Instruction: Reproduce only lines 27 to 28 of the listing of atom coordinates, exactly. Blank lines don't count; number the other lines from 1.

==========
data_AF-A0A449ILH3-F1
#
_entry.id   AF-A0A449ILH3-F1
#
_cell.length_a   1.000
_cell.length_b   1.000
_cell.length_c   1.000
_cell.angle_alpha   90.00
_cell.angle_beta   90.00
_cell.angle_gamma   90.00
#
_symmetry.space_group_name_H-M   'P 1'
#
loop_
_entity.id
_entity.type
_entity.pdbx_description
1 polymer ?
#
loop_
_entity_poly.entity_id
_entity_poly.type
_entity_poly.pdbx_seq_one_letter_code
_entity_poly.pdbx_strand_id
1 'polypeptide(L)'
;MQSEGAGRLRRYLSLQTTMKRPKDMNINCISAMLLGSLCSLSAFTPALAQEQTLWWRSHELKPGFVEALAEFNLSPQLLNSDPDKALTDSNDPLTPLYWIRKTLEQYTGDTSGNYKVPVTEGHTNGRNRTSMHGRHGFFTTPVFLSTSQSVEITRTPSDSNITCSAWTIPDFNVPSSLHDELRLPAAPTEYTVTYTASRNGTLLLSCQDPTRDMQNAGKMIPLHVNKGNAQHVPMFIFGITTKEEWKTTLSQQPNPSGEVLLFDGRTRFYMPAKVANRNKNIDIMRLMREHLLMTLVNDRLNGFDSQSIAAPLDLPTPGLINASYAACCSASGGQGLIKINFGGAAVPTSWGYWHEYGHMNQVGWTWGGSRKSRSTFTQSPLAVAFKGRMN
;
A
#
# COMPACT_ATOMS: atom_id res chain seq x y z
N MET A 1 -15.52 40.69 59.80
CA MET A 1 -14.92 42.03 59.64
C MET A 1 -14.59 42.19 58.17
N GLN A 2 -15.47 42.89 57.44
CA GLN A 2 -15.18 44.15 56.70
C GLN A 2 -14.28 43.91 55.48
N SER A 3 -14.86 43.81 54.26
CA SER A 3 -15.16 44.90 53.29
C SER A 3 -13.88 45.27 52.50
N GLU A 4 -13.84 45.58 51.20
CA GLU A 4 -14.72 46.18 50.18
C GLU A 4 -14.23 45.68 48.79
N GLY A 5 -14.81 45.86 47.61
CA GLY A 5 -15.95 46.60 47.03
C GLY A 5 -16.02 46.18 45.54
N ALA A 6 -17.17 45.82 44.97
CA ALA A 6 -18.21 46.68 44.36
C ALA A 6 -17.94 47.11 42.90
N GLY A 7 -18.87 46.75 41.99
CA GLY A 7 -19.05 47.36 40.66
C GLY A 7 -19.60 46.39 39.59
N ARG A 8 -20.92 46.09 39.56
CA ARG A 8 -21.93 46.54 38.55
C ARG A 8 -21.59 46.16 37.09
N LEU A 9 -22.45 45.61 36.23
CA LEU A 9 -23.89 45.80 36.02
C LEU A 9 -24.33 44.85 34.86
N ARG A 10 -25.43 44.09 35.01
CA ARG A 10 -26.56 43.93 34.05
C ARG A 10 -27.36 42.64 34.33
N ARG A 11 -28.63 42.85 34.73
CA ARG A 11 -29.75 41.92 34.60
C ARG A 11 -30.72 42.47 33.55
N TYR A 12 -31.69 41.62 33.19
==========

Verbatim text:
;
A